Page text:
Actually, yes. Politicians are not in the science business, they are in the advocacy business, and conspiracy theorists have a startling ability to pump out 1,000 page tomes linking the the Eye of Providence, numerology, global control and (insert Your Scary Product Here). It would be scarier if they didn't do those things, because then it would mean something really might be dangerous.

    Hank did you take a course on how to say things that make no sense and show you have no answer. People don't cry out like the pilot who had an aspartame blackout and almost lost his plane and life . He was also on Hardcopy. The pilots testimony was so believable along with the toddler who used Flintstone with aspartame (now a brain damaged child) that Hardcopy was cancelled. Brilliant physicians like Dr. H. J. Roberts who graduated medical school at 21 and wrote the medical text "Difficult Diagnosis" that doctors used taking their boards, and selected as the Best Doctor in the US, don't write 1000 page medical texts on aspartame disease because they are conspiracy theorists! As it happens Dr. Roberts spent a good part of his practice taking care of aspartame victims in the trenches of medical practice and also did a study. He is the father of the anti-aspartame industry and will go down in history.

    Don't insult people's intelligence because the evidence is so clear there is no way to rebut it except saying ithings that make you look foolish like most flacks.

    Betty

    As with the employability of labour[you wouldn't employ anybody without c,v,,qualifications etc.]employability of a product should be guilty until proven innocent.When you are talking about effects on biological systems there is too great an uncertainty to prove it beyond reasonable doubt and so both sides of this argument are doubtful disputations.I don't see the point of this article since we are left with "taste and see" and "try it yourself".My own personal testimony is that i had been drinking aspartane sweetened drinks for some time when suddenly i got an adverse reaction to it,a kind of closing of the throat which caused me to look into this topic.I still drink aspartane sweetened drinks but much more moderately I think this is the same with most products;feel your way gradually and take as wide an advice sample as possible.Remember YOUR body is the testing instrument and your analysis is only as good as the sampling.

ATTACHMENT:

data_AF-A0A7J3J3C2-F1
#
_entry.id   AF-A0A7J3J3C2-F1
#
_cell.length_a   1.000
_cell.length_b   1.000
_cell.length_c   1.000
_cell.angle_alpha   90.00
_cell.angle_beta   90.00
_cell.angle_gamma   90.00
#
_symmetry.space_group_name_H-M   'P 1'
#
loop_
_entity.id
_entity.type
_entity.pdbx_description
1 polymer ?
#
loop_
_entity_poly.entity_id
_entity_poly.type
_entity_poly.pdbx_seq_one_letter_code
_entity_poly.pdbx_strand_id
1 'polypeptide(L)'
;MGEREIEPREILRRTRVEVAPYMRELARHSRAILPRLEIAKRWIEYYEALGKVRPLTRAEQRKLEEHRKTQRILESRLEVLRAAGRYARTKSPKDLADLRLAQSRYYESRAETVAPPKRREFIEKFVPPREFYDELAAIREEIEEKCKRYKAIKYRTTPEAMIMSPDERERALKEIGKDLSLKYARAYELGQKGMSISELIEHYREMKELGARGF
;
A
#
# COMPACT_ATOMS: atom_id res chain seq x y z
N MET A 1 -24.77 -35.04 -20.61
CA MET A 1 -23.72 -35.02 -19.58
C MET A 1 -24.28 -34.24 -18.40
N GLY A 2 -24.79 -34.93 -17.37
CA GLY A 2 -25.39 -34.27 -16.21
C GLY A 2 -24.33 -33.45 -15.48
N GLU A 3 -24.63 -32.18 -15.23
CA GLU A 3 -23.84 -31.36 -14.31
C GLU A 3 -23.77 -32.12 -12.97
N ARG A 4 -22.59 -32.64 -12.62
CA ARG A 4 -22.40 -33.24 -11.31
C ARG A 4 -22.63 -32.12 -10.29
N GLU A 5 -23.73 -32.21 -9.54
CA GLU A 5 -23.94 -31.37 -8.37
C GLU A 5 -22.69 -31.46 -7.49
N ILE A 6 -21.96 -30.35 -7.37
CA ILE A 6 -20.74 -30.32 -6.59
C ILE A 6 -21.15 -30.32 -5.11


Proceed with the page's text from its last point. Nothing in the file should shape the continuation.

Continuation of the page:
Josh Bloom
    "a product should be guilty until proven innocent"

    That is called the precautionary principle, and it is quite impossible. You can never prove that anything is safe. I am very comfortable with the safety of aspartame, and the science behind it.


    I guess it is possible that certain people may have a bad reaction to just about anything, but after 35 years, if the stuff was really harmful where are the bodies? Where is the increase in rates of cancer? Answer: There isn't any, assuming you believe the NIH. Aspartame was approved in 1981. Show me a rising cancer incidence since then. 


    Josh Bloom
    By this argument we would have to allow doctors to perform surgery on us without any proven qualifications or experience,just "give 'em a go"eh? Rather you than me pal.People have a right to know and decide what they put in their own mouths.

    Josh Bloom
    You're joking, right?Doctors go through medical school.
    Surgeons get board certified. 
    Drugs and food additives get approved, or not, by the FDA. 
     If there is any logic to your statement it escapes me.
    Josh Bloom
    Hank
    Doctors go through medical school.
    Well, Mercola is an osteopath. He gets to call himself a doctor, and can apparently do surgery and tout homeopathy as medicine, so maybe the commenter is noting that regardless of those things, Mercola is not qualified to mow lawns, so a degree is not everything?

    If not, I don't know the point of his comment either.
    Josh Bloom
    Hank-DOs can be indistinguishable from MDs. They both get pretty much the same training but (DOs get some extra in whatever the hell the difference is supposed. to be).

    Then they often diverge. I have two friends who are both excellent doctors. One is an ER doc, the other internal med. You would never know they were DOs. Then, you get the neck-snapping glorified chiropractors, who often are medicine, anti-pharmaceutical, pro-homeopathy types. 

    That's when it's time to run away screaming. I'm guessing Crazy Joe is in the latter group (probably on the far right side of the bell curve at that) which must come in rather handy to sell his crap. From what he writes it's hard to imagine he made it into DO school, let alone finished it. His knowledge of medicine seems superficial at best, with a double order of bluster.
    Josh Bloom
    To hear you flacks who would knowingly even attempt to defend a deadly chemical like aspartame, one has to get sick at heart that there are those type of people who put money and power before human life. Reminds me of EFSA who did the review on aspartame. The EU Commission on Food who did a review got caught. No committee made the decision, only one person, no doubt a flack. So then EFSA was set up perhaps to stop this sort of thing. Again EFSA tried to say aspartame was safe. Parliament told them with all the studies coming in (Denmark study on 60,000 women, aspartame triggering heart attacks and strokes, and raising fasting blood sugar, etc. etc. ) showing it isn't safe, to go back and do it again. More and more studies continue to show how deadly it is. So here EFSA has 82 scientific peer reviewed studies on aspartame showing it unsafe. What do they do presented with over-whelming evidence that aspartame is a killer? They did what every good puppet of industry does - throw all the studies out as being unresponsible. Reminds me of Dr. Kohler who finally admitted "We were pressured by Industry to hijack science." He was the head of EFSA and couldn't take it anymore, put out a press release and resigned.